Ohmer was subject to marked limitations. In fact, the ALJ’s assessment of limitations on
interactions with the general public and supervisors are consistent with those of psychological
examiner Catt. The ALJ did not err in discounting Ohmer’s credibility, and his decision
regarding this issue is supported by substantial evidence.
No Bias was Exhibited by Failing to Present a Sedentary Hypothetical.
Ohmer contends that the ALJ erred by not presenting a hypothetical to the vocational
expert (“VE”) regarding the sedentary level of exertion. He argues that the failure to present
a sedentary hypothetical shows the ALJ’s bias against awarding benefits. This claim is
To be sure, the ALJ acknowledged during the hearing that he would normally ask a
hypothetical regarding sedentary, but was not doing so here. [Tr. at 60] But his reason was
obvious—given the claimant’s age and education, the sedentary level of exertion would
present “a grid situation that would dictate a favorable outcome.” [Id.] The ALJ considered
the import of a sedentary finding, and a VE hypothetical was pointless.
The ALJ’s Decision is Supported by Substantial Evidence.
Ohmer presents a conclusory argument that he should have been found incapable of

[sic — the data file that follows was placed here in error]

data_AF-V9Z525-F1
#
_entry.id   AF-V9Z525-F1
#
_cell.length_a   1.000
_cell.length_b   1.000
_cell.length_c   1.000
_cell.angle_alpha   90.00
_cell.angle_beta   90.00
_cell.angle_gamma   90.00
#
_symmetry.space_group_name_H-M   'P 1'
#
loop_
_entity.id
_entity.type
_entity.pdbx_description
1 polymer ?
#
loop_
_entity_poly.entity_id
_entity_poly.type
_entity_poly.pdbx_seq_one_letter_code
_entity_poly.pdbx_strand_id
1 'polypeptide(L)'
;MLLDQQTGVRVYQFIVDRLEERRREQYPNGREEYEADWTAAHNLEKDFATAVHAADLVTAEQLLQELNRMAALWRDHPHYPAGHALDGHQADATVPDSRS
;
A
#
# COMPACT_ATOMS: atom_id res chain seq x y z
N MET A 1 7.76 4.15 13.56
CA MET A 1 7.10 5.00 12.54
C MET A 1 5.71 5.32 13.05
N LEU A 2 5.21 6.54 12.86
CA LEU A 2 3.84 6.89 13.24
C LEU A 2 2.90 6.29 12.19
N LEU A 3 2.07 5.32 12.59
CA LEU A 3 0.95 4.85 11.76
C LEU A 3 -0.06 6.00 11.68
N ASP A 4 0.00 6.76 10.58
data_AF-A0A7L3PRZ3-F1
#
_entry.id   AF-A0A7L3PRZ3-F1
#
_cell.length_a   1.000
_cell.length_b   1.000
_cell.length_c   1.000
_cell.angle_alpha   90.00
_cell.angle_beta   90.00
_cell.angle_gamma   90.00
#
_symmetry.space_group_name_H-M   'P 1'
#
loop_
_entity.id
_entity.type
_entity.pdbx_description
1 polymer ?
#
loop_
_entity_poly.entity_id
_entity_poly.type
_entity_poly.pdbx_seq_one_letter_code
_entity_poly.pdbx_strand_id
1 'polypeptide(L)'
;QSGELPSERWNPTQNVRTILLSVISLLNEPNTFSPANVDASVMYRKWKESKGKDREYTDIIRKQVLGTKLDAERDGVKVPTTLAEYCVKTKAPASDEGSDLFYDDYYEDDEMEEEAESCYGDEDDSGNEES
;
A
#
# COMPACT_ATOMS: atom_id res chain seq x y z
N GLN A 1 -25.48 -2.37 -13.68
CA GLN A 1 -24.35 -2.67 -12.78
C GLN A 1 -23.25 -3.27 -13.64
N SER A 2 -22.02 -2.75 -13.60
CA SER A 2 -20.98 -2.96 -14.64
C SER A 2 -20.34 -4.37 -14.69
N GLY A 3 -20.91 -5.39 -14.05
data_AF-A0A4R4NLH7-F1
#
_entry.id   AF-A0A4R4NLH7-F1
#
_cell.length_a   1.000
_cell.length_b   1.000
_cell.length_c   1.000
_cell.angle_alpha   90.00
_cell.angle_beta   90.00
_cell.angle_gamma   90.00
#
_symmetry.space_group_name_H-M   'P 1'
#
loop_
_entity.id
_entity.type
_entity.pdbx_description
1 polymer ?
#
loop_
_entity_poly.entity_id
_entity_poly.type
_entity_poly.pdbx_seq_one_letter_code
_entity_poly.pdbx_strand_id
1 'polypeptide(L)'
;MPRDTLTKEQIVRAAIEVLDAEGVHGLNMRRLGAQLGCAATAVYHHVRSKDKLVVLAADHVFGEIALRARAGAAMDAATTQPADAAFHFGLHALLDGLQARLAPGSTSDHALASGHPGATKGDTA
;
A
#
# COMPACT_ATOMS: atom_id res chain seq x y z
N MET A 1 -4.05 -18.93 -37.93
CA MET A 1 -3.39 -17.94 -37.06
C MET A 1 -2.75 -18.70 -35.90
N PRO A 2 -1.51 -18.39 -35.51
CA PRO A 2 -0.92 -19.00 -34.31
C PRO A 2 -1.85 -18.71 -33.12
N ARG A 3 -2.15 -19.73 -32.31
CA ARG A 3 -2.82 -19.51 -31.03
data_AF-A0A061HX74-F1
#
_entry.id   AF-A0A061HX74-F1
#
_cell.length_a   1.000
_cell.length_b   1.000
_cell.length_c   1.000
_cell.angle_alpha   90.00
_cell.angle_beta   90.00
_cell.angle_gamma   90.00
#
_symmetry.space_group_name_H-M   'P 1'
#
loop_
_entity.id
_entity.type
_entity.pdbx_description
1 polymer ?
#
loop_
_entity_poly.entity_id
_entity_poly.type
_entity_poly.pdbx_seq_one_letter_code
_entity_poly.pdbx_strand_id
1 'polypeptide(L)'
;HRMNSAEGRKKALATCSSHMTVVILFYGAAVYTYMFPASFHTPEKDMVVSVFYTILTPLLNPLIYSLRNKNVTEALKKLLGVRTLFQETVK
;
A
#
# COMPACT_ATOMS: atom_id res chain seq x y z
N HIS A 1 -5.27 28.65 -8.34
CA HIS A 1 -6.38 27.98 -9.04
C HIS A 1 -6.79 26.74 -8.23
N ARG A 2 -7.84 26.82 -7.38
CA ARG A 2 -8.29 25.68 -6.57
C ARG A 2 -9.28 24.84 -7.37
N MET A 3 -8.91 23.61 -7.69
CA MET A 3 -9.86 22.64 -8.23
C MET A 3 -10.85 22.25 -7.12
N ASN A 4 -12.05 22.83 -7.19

even sedentary work, and that his RFC was improperly calculated. Of course, a mere sedentary
finding would dictate a favorable outcome.
And Ohmer offers no further explanation
regarding why his RFC was improperly calculated. The Court need not explore issues raised
in a “perfunctory manner, unaccompanied by some effort at developed argumentation.”
United States v. Elder, 90 F.3d 1110, 1118 (6th Cir. 1996). But as outlined above, the ALJ’s
calculation of Ohmer’s RFC is supported by substantial evidence.
The ALJ did not err in discounting Ohmer’s credibility and his decision regarding this
issue is supported by substantial evidence. Next, the ALJ’s determination not to present a
sedentary hypothetical to the Vocational Expert does not establish or demonstrate bias on his
part. Finally, the ALJ’s determination regarding Ohmer’s RFC is supported by substantial
evidence. Accordingly, it is hereby
ORDERED as follows:
Defendant Nancy A. Berryhill’s Motion for Summary Judgment [Record No.
15] is GRANTED.
Plaintiff Phillip Ohmer’s Motion for Summary Judgment [Record No. 13] is
The administrative decision of the Administrative Law Judge will be
AFFIRMED by a separate judgment entered this date.
This 20th day of March, 2017.